Enfilade

Exhibition | Ireland: Crossroads of Art and Design, 1690–1840

Posted in exhibitions by Editor on June 21, 2014

Looking ahead to next spring at the AIC:

Ireland: Crossroads of Art and Design, 1690–1840
Art Institute of Chicago, 17 March — 21 June 2015 (extended from June 7)

Curated by Christopher Monkhouse

John Kirkhoffer, Secretary Cabinet, 1732 (The Art Institute of Chicago).

John Kirkhoffer, Secretary Cabinet, 1732
(Art Institute of Chicago)

Ireland on a World Stage, 1690–1840 will present 300 objects drawn from public and private collections across North America to provide a richly layered overview of the Emerald Isle during its first ‘Golden Age’. The seeds of this exhibition were first planted by Desmond FitzGerald, the Knight of Glin, who in his 2007 book Irish Furniture outlined his vision for:

a major exhibition on Ireland’s decorative arts of the 18th century, which would include furniture [and] bring together the common threads of the different fields. It would give an overview of the shared patrimony with England and the Continent and show the high level of craftsmanship achieved in Ireland at that time. A show of this stature would waken up the world to a staggering array of art that was manufactured in Ireland during this period.

Surprisingly, such an exhibition has never before been undertaken on either side of the Atlantic. Ireland on a World Stage, 1690–1840 will expand on the Knight of Glin’s vision to also include paintings, sculpture, and architecture in addition
to bookbindings, ceramics, glass, furniture, metalwork, and
textiles.

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Note (added 18 February 2015) — The original posting included the preliminary exhibition title Ireland on a World Stage, 1690–1840. The link has also been updated.

At Auction | The Contents of Bantry House

Posted in Art Market by Editor on June 21, 2014

bantry-2

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Press release from Edinburgh’s Lyon & Turnbull, as posted at Art Daily:

Lyon & Turnbull | The Contents of Bantry House (Sale #426)
Bantry House, County Cork, 21 October 2014

Lyon & Turnbull are to sell the contents of Bantry House, County Cork, one of the finest and best loved historic houses in the Republic of Ireland. The sale will take place the 21st of October, 2014 on the premises at Bantry House. Formerly the principal seat of the Earls of Bantry, the house was owned and run by the late Egerton Shelswell-White and his wife, latterly with the help of their eldest daughter Sophie, who has been General Manager since 2010.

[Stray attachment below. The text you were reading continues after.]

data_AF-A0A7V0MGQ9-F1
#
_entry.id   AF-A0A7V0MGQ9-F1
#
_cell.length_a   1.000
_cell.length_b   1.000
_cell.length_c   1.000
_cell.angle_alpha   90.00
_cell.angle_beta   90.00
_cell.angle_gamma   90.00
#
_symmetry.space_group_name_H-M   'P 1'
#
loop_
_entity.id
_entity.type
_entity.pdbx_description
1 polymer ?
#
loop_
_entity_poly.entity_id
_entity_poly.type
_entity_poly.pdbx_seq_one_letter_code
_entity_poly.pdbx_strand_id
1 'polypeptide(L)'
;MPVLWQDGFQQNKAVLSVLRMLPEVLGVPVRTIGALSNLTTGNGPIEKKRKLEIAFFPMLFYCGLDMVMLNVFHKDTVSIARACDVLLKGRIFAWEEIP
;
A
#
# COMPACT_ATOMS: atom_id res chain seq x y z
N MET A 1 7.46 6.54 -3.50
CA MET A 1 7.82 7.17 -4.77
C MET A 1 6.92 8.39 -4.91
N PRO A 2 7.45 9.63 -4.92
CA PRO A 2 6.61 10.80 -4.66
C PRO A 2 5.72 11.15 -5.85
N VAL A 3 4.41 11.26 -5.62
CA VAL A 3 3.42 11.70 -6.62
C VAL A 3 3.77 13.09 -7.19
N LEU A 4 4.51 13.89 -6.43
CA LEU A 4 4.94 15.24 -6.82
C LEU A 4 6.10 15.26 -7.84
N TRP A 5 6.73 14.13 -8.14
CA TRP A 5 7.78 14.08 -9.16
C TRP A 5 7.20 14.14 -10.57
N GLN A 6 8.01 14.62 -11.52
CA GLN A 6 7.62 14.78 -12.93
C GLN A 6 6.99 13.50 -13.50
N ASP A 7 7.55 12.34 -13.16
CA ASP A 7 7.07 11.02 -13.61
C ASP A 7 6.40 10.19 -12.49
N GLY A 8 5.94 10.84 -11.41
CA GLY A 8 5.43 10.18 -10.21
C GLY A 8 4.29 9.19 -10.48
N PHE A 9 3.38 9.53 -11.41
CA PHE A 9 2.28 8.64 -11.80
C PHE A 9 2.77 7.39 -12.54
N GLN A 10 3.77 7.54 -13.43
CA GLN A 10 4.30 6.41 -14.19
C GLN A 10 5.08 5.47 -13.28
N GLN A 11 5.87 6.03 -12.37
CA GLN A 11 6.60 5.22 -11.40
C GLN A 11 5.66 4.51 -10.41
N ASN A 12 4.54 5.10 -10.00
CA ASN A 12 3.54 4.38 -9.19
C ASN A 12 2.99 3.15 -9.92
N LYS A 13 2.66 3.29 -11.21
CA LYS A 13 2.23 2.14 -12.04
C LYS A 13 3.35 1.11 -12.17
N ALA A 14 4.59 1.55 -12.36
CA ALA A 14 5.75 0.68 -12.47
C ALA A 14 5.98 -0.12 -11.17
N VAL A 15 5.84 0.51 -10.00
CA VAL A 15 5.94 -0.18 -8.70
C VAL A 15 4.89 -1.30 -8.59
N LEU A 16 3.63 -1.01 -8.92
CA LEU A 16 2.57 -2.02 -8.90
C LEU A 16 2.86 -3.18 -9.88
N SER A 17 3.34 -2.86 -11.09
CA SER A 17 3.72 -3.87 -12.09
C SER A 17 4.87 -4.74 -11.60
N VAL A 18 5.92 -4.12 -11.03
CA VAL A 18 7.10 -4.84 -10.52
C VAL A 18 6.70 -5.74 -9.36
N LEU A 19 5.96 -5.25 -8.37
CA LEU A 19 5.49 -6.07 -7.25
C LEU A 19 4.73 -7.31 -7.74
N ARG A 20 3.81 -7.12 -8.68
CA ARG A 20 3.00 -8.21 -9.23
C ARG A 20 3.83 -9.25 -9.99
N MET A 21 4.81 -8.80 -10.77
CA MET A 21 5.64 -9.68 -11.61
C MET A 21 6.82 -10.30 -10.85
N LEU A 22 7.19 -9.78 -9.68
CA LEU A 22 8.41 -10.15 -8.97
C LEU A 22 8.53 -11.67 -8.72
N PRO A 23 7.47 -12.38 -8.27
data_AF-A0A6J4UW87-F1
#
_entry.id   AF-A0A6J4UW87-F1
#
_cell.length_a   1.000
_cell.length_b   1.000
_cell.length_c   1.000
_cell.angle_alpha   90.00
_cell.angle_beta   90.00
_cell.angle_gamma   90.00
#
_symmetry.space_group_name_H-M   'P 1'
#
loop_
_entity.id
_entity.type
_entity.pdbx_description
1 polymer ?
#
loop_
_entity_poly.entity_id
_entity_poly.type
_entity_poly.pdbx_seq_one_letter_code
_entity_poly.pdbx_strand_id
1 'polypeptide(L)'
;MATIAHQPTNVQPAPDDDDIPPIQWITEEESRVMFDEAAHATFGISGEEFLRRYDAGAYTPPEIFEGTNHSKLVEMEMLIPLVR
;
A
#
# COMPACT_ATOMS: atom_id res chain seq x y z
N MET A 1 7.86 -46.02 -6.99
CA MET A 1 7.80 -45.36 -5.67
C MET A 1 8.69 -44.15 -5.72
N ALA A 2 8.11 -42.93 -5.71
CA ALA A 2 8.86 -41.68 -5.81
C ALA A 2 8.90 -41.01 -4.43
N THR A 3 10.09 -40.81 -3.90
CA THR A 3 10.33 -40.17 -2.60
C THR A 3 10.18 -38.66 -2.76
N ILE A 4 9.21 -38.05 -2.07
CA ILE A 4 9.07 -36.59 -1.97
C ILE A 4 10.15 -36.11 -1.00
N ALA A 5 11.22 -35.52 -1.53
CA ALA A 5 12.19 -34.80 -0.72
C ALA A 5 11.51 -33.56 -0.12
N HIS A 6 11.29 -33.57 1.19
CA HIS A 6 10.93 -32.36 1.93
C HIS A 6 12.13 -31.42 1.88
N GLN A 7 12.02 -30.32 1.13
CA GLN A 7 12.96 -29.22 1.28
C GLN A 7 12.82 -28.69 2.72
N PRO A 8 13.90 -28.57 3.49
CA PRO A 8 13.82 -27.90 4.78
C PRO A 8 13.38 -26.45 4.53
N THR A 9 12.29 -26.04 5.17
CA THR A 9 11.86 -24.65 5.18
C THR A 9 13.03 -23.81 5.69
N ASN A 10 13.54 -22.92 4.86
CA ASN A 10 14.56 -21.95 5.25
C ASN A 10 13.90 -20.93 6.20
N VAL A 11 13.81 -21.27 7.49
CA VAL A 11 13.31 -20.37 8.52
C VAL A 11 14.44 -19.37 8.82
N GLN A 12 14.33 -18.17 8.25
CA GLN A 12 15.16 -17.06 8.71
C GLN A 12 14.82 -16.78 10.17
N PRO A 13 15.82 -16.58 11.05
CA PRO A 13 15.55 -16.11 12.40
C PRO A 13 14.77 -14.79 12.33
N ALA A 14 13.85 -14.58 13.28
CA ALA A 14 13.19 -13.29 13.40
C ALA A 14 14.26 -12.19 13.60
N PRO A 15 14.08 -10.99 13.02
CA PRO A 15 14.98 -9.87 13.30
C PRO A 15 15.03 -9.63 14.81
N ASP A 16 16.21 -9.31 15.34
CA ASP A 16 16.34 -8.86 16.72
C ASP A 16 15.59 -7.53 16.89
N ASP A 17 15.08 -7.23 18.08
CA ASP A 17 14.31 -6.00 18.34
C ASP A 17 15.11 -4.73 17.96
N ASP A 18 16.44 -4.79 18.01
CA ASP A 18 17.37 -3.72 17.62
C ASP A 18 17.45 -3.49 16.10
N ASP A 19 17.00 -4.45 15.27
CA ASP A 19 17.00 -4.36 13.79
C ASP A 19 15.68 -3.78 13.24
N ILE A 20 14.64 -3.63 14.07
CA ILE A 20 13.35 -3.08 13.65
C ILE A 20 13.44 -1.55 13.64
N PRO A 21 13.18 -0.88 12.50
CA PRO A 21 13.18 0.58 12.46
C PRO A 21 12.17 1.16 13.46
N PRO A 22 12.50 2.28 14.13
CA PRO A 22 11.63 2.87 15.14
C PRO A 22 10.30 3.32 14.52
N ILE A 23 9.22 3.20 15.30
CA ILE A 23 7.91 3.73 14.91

“It is a wonderful house with an extraordinary history” says Mrs. Shelswell-White, whose husband’s family have lived in the house for over 300 years. “It has been a very difficult decision, but also an exciting and stimulating one. The funds from the sale will inject a new energy into the house and also into us, as a family. This decision will free us to make new plans and allow us to be open to different proposals and new ideas. I feel it will make it possible for Bantry House to have a future as a successful place, more in step with the times we live in.” She continued: “I feel certain that every single item will go to a good home and be treasured and looked after as we have tried to do. Many of the objects in the sale are of museum quality and need to be expertly cared for, a luxury we could only afford with great difficulty. The house and gardens will continue to be open to the public and we will continue to run and possibly expand our successful bed and breakfast business. We will be able to hold more weddings, concerts, exhibitions and other events, aiming to extend the season into the winter months, securing and creating jobs for those involved with the house. This season will be the last opportunity to see the house with its contents as it is now and has been for many years.”